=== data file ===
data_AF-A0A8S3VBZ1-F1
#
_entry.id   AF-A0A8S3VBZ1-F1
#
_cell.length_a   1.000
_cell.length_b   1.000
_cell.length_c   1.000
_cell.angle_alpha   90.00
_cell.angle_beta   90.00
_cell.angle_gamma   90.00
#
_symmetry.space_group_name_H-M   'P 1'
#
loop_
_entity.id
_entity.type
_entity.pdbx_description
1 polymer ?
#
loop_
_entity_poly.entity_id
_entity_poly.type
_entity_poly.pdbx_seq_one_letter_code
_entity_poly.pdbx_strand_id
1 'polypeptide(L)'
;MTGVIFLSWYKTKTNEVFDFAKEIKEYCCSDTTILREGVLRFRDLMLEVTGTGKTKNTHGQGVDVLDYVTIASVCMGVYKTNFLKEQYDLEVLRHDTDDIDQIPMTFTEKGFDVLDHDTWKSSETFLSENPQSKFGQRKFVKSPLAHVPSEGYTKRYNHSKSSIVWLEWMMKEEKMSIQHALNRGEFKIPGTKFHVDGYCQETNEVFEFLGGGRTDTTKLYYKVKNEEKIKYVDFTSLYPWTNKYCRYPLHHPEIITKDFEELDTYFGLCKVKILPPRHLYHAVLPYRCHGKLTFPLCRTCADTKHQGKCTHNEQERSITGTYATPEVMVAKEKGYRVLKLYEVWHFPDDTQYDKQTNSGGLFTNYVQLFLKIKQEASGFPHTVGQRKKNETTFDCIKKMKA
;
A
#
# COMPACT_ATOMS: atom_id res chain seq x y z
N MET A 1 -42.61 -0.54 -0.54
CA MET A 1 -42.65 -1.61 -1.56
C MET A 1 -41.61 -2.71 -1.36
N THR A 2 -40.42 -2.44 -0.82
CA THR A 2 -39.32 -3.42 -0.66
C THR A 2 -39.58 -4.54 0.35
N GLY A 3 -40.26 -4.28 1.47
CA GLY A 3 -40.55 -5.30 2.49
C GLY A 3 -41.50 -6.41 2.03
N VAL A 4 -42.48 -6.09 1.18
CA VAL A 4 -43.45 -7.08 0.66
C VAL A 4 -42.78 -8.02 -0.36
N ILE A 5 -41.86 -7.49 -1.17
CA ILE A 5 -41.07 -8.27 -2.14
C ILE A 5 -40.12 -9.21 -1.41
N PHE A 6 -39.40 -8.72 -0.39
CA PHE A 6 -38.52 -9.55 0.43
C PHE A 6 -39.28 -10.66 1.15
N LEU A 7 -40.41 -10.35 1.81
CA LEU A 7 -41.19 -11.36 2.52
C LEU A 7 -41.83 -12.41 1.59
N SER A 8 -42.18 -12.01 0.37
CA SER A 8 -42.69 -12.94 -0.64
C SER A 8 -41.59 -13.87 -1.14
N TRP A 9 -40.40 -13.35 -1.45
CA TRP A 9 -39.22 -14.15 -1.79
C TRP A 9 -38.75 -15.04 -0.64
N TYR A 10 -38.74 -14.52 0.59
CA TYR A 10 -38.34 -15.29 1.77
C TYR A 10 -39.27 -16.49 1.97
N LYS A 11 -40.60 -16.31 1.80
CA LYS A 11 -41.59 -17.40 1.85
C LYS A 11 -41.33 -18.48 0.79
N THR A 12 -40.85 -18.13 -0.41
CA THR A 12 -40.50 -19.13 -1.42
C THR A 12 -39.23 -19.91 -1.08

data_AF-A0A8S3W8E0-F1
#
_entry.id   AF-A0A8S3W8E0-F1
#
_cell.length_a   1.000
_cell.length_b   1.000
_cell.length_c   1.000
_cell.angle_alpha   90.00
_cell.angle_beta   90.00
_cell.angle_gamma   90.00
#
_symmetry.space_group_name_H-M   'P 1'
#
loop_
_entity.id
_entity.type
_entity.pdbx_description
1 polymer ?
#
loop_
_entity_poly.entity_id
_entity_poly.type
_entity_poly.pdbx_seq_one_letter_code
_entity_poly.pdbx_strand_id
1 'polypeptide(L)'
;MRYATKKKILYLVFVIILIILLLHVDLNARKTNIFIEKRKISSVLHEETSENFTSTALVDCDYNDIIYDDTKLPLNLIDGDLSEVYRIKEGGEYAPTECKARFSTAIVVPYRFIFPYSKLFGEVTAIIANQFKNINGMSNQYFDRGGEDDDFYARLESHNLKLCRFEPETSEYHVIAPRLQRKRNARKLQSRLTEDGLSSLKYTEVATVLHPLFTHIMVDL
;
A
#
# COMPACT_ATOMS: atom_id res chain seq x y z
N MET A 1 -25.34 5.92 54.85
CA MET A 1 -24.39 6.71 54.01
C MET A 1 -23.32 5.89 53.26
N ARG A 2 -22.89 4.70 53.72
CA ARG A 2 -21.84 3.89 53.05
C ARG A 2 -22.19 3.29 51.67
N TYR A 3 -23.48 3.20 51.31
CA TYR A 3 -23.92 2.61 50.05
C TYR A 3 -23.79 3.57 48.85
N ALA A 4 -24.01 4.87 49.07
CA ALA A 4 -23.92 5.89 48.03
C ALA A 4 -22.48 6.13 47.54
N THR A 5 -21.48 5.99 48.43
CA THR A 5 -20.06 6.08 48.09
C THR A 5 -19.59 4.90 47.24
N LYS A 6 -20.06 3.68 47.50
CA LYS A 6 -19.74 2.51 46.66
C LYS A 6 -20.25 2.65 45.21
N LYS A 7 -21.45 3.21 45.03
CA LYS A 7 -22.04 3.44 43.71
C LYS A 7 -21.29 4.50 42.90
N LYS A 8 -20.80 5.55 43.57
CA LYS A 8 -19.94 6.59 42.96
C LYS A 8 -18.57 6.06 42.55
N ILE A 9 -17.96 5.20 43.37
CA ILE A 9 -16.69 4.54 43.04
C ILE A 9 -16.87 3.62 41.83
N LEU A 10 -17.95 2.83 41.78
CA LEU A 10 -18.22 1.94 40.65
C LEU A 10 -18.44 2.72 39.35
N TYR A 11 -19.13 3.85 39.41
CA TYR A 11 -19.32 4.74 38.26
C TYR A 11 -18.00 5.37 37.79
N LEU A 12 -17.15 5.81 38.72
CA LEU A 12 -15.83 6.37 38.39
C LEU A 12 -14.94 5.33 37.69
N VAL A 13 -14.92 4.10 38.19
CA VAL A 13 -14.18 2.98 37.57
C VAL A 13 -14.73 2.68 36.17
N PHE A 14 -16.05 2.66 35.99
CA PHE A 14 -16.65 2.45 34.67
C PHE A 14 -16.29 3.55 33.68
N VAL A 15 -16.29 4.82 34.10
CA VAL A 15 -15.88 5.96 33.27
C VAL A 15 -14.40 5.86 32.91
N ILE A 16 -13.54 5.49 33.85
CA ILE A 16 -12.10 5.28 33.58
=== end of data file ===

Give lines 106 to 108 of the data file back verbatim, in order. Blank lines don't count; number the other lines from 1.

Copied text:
N ALA A 4 -24.01 4.87 49.07
CA ALA A 4 -23.92 5.89 48.03
C ALA A 4 -22.48 6.13 47.54